• Do professionals need new skills?
  • Is organisational change needed?
  • What positive outcomes for service users have been identified?
  • How valid are recent criticisms of the ACEs approach?

The day is facilitated by Dr Sheena Webb, a consultant clinical psychologist, and manager of the pan London Family Drug and Alcohol Court. She and her team work closely with parents who are, or have been, alcohol and drug dependent and who often have experienced the successive removal of children into care. She will explore the key questions above around ACEs and Trauma Informed Services with particular reference to the practice of the FDAC, but also with reference to other research and good practice in the UK.

Complex trauma arising from Adverse Childhood Experiences (ACEs) poses a challenge to many service providers, where repeated contact with service users yields little or no satisfactory outcome.

A Trauma Informed approach can significantly assist in making services a more ‘comfortable fit’ for service users, and can consequently improve engagement, length and quality of contact, and outcomes. It is not a treatment model, rather a shift in culture which makes it more likely that a service can create a good outcome for the service user.

There is an increased awareness of ACEs across a range of sectors, which has helped to encourage the growth of trauma informed practice across a range of sectors. However, there have also been some recent criticisms of the way in which the ACEs approach has been implemented.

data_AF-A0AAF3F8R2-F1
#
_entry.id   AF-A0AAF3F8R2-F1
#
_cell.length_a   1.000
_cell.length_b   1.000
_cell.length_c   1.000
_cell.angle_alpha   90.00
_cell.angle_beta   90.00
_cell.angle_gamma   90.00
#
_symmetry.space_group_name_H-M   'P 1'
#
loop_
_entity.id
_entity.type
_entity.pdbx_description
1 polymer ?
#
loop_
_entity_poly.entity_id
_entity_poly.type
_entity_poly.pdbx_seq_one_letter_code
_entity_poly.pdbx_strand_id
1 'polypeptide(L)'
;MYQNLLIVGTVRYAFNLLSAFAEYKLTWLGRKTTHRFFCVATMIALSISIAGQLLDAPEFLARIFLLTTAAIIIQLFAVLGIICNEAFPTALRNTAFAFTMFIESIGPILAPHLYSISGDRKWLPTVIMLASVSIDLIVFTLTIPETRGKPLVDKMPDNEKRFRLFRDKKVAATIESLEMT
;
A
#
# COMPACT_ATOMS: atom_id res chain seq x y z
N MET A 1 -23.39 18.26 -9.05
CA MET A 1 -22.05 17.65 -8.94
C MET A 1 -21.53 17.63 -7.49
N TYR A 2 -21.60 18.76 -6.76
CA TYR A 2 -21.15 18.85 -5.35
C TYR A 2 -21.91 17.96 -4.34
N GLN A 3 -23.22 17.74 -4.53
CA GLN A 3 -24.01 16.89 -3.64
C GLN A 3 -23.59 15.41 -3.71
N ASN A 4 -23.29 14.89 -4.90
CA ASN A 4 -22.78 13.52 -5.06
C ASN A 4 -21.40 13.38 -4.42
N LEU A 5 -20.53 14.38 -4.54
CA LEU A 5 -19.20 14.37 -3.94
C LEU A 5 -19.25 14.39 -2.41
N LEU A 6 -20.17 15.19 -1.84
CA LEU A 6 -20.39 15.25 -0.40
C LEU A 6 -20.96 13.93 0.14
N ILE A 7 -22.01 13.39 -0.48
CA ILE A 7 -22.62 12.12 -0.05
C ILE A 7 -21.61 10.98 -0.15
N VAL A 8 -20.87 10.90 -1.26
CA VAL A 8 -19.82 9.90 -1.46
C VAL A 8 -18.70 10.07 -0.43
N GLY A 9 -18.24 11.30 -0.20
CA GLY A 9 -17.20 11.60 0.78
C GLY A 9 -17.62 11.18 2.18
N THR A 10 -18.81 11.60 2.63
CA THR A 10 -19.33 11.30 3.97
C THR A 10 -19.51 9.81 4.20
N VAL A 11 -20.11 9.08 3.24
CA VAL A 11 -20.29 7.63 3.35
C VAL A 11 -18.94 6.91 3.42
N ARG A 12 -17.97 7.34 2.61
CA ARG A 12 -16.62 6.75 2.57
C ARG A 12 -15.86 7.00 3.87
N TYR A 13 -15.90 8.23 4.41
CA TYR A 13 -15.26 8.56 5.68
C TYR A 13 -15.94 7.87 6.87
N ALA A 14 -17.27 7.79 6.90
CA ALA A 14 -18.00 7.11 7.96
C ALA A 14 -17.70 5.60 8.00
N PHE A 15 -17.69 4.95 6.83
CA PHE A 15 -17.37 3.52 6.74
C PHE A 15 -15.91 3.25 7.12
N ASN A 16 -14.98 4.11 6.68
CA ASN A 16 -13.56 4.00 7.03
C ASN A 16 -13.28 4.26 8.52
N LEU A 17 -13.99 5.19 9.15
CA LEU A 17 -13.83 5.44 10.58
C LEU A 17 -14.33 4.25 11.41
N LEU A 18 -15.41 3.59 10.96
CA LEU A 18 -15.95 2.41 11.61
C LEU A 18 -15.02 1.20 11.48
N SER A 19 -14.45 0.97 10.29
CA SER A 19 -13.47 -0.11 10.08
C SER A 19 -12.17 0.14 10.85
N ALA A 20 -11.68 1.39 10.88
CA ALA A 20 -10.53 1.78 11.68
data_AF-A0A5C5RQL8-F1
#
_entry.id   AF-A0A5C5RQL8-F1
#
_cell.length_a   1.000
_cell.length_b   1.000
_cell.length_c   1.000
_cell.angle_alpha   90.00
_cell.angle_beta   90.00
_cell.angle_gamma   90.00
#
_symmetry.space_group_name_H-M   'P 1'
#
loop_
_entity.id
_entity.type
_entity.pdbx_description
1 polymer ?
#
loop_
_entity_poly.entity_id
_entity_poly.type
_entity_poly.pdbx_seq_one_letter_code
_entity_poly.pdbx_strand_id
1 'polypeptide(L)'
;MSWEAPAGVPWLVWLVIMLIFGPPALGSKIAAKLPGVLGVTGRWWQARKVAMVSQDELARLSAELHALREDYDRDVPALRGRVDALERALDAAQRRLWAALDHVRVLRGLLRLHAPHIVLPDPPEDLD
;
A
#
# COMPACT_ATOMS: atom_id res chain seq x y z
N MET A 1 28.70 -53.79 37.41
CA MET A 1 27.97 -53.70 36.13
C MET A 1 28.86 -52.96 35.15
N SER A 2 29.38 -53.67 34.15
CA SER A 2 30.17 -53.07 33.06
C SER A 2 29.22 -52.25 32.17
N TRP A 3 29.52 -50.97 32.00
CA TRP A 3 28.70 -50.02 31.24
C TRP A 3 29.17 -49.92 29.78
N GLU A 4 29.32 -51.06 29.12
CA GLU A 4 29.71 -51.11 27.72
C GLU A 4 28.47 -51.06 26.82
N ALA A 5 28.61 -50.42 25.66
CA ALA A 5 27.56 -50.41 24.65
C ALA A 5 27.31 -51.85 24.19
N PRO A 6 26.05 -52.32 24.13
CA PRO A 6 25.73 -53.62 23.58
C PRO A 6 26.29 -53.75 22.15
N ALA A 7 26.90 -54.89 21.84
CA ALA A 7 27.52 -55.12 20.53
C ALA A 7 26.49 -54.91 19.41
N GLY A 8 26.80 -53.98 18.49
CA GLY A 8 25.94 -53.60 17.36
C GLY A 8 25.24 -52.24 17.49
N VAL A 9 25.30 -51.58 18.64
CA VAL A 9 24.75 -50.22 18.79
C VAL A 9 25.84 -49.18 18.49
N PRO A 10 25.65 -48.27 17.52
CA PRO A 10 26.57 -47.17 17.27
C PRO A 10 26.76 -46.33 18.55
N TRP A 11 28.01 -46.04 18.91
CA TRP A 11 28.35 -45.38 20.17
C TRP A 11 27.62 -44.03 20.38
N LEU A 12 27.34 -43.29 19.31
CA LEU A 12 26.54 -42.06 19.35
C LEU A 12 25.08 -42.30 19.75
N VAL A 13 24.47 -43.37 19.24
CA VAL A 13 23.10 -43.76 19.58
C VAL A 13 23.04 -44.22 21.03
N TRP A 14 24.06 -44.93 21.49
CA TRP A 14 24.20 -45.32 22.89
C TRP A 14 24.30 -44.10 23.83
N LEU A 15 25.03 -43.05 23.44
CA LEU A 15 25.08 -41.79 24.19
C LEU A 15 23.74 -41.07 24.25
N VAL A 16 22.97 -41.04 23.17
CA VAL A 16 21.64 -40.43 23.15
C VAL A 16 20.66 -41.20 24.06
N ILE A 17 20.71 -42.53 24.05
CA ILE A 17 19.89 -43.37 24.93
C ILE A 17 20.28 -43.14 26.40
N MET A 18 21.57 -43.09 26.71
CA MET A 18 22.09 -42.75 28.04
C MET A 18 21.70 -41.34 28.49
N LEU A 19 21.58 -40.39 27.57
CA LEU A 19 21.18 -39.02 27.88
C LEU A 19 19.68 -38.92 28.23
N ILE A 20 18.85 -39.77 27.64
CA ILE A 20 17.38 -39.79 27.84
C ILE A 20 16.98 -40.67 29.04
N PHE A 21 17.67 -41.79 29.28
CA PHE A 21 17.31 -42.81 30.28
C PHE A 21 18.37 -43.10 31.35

This learning day will address the key questions around ACEs and Trauma Informed services:

  • What does it mean for services to become ‘ACE aware’?
  • How does this fit with making services Trauma Informed?
  • Do professionals need new skills?
  • Is organisational change needed?
  • What positive outcomes for service users have been identified?
  • How valid are recent criticisms of the ACEs approach?

The day is facilitated by Dr Sheena Webb, a consultant clinical psychologist, and manager of the pan London Family Drug and Alcohol Court. She and her team work closely with parents who are, or have been, alcohol and drug dependent and who often have experienced the successive removal of children into care. She will explore the key questions above around ACEs and Trauma Informed Services with particular reference to the practice of the FDAC, but also with reference to other research and good practice in the UK.


Agenda (subject to change)

9.30 – 10.00

Registration and coffee

10.00 – 10.10

Welcome and introduction

10.10 – 11.15

  • Adverse Childhood Experiences (ACEs) – what are they@
  • Outcomes of research into ACEs

11.15 – 11.40

Coffee break

11.40 – 12.45

  • A brief history of trauma and its consequences

12.45 – 1.35

Lunch

1.35 – 2.35

  • How practice and service provision has responded to ACEs strengths and drawbacks of the ACEs approach and its implementation